• hi my babygirl was 5 weeks 1 day early and she will be 4 months end of december as well.. i was reading ur comment and my daughter eats her hands and drools like crazy i think she is going to teeth but everyone tells me no its at around 6 months they do..  has the ped started ur child on cereal or anyting yet?

  • Drooling in itself is not necessarily a sign that the teeth will be popping out anytime soon. My third child drooled since he was 5 months old and didn't cut his first tooth until he was almost a year old! Babies do use their mouths to explore chances are, she is just exploring her newly found hands!!!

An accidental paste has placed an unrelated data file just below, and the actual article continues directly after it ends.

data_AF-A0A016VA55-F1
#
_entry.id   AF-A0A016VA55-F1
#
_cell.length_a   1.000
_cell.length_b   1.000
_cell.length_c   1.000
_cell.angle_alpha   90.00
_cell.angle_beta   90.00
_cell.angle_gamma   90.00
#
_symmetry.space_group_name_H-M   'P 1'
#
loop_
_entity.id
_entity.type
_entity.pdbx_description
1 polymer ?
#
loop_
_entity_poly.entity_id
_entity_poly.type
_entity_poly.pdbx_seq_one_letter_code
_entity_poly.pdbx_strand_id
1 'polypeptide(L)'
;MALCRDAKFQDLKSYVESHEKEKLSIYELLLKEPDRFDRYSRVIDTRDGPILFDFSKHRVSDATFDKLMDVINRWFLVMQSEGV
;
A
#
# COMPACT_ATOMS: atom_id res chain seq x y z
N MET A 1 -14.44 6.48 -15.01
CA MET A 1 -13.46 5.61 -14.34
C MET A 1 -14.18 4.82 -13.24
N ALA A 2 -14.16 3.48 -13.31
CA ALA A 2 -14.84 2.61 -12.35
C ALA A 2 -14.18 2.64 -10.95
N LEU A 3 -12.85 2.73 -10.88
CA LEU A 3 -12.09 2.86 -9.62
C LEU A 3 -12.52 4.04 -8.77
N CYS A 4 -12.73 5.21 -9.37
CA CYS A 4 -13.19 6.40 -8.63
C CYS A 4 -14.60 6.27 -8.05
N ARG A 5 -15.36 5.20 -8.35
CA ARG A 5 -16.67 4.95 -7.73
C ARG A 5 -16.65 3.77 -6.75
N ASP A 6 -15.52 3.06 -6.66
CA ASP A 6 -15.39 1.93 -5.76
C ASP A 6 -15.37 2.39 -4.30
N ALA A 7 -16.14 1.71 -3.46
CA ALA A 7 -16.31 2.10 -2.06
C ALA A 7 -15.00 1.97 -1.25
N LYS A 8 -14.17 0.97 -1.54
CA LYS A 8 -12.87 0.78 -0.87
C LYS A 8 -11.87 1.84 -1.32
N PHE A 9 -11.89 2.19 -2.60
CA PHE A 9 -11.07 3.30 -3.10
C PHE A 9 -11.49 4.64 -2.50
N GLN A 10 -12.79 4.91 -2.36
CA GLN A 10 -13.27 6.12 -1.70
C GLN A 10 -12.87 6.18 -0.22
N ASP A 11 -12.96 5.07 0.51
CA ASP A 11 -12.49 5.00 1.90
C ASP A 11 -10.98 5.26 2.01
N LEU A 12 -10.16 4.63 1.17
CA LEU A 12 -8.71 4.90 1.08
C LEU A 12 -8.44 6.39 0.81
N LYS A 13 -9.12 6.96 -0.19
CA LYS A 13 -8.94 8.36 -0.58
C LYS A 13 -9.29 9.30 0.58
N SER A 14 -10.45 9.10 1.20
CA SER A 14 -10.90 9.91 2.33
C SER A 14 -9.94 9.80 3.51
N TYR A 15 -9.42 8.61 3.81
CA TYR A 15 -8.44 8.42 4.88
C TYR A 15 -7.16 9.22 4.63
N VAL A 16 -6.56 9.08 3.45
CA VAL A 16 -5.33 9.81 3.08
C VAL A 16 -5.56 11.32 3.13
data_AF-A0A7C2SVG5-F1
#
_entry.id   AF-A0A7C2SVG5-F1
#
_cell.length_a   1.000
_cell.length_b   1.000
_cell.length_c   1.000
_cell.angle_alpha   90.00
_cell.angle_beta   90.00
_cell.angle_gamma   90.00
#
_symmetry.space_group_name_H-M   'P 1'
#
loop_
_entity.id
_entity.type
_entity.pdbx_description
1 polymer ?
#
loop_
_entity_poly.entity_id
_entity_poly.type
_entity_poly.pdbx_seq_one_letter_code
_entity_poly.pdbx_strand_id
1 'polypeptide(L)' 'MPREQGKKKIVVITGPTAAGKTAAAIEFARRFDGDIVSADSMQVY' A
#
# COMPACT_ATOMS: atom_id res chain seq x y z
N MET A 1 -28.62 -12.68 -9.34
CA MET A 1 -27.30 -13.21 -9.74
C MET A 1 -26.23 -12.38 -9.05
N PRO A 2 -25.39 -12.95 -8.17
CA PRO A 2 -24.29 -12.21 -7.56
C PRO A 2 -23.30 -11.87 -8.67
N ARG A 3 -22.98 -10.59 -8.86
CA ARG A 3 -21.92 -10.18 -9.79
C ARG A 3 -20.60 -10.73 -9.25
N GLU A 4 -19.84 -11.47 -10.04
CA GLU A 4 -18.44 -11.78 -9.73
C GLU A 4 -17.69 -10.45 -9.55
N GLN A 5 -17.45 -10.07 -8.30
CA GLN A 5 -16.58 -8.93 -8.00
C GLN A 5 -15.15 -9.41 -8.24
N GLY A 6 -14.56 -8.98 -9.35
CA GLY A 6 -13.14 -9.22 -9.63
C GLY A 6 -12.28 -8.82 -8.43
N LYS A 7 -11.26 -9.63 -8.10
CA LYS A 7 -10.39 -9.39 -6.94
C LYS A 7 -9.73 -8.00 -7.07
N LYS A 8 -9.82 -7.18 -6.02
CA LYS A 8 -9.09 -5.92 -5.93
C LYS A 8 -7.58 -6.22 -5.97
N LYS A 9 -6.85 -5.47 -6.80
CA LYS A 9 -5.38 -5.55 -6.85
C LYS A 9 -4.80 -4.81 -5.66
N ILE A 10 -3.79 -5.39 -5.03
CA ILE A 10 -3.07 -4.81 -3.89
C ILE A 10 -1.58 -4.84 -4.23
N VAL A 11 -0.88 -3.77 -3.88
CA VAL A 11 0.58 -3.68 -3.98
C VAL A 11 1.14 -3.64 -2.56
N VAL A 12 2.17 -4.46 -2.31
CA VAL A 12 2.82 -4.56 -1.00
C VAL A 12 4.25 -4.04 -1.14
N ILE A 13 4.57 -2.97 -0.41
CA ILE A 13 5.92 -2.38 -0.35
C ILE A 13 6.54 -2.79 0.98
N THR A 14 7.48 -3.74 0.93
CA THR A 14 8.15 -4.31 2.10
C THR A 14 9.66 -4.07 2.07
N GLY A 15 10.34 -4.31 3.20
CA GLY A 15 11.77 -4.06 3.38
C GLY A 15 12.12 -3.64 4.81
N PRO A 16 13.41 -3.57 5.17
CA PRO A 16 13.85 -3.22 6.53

• Remember that every child is different, therefore, their growth and development will vary with age, as well. Usually, premature infants will catch up with their full-term counterparts at around 24 months of age. In terms of vaccinations, they are given at chronological age, not corrected age. Assessment of growth, feeding skills, and development should be based on a corrected age for preterm infants. Use of the actual date of birth to calculate age will lead to inappropriate assessment and advice.

  • The Corrected age (CA) or Gestational Age (GA) is based on the age the child would be if the pregnancy had actually gone to term.
  • Chronological age (CH) is a term that is used to indicate the age from the actual day the child was born.
  • To calculate corrected age, the formula is as follows: CA = CH - # weeks or months premature